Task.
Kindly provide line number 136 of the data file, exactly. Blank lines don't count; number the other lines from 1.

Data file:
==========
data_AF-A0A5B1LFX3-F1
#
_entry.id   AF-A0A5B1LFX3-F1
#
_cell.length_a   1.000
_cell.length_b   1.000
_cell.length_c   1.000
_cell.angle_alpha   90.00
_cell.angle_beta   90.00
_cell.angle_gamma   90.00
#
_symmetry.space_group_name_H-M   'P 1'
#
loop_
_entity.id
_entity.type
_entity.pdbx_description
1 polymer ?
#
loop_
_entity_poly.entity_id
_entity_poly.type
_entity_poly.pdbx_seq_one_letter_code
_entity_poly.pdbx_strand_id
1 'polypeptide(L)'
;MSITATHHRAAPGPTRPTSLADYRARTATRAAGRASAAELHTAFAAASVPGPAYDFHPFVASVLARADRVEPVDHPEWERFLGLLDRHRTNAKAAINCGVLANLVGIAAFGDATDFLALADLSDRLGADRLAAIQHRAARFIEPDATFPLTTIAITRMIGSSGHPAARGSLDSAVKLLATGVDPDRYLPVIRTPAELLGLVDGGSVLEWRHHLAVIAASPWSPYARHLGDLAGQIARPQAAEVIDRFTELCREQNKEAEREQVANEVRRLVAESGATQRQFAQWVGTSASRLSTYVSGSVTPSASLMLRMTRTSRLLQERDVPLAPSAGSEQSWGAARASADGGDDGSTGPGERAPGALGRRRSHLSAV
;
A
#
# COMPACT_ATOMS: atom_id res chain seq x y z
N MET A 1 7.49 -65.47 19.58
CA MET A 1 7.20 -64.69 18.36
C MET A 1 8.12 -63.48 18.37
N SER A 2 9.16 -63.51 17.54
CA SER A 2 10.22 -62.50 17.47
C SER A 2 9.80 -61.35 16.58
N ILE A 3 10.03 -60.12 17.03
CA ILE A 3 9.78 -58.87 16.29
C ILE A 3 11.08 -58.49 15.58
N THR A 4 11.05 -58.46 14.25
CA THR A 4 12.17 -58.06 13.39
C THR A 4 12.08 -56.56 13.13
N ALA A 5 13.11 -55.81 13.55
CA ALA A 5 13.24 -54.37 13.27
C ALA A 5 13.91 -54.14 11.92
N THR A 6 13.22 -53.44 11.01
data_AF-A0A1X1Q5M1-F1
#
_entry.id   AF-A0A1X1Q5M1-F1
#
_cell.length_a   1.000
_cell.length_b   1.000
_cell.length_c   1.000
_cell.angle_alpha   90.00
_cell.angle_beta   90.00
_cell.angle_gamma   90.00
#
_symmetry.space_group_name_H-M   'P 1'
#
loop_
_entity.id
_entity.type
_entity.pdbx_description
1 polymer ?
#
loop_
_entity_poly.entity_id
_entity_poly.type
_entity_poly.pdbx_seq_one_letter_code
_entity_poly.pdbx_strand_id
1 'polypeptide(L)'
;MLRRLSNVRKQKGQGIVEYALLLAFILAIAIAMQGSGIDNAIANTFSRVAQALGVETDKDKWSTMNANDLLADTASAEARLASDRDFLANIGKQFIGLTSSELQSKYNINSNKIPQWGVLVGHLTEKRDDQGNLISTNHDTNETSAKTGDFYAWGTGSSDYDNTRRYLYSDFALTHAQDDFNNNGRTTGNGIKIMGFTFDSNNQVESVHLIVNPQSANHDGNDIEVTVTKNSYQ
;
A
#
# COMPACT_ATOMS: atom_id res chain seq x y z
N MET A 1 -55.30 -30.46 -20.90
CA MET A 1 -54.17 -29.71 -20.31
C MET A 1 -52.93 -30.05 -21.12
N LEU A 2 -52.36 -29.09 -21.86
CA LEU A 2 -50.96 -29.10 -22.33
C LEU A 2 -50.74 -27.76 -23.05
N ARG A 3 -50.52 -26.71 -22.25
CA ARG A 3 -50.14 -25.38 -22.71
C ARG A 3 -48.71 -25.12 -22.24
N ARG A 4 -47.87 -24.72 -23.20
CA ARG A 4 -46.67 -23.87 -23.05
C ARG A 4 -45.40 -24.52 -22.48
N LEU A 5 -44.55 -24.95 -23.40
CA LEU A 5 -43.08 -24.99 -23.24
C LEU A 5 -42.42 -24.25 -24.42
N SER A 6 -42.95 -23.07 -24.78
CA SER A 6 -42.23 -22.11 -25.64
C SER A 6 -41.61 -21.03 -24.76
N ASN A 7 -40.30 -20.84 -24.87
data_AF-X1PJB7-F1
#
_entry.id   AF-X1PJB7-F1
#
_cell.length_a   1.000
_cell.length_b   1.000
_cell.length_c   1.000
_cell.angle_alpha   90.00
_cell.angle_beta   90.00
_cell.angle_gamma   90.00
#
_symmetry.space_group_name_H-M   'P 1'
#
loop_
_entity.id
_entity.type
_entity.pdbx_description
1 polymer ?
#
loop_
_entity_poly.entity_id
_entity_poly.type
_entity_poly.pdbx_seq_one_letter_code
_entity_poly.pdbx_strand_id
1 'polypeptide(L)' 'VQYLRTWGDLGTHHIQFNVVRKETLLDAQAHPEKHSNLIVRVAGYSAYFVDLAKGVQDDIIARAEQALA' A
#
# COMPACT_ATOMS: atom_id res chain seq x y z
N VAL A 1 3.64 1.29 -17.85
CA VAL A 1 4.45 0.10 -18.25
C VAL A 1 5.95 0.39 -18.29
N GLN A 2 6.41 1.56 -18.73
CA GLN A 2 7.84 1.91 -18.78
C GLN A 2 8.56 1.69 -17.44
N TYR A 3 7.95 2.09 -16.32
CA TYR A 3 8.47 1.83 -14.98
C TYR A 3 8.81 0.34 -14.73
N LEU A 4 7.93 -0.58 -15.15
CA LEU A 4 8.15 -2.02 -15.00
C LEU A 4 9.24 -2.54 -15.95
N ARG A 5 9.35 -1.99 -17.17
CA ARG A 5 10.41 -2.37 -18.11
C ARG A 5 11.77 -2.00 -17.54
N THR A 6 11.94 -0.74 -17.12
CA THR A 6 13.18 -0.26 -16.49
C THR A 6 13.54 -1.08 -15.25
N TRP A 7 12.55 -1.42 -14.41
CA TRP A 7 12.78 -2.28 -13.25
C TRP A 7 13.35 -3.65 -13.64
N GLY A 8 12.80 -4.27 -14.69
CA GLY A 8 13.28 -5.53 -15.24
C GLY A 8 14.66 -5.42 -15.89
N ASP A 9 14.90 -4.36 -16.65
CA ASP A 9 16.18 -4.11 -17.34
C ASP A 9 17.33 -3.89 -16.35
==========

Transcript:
CA ARG A 5 10.41 -2.37 -18.11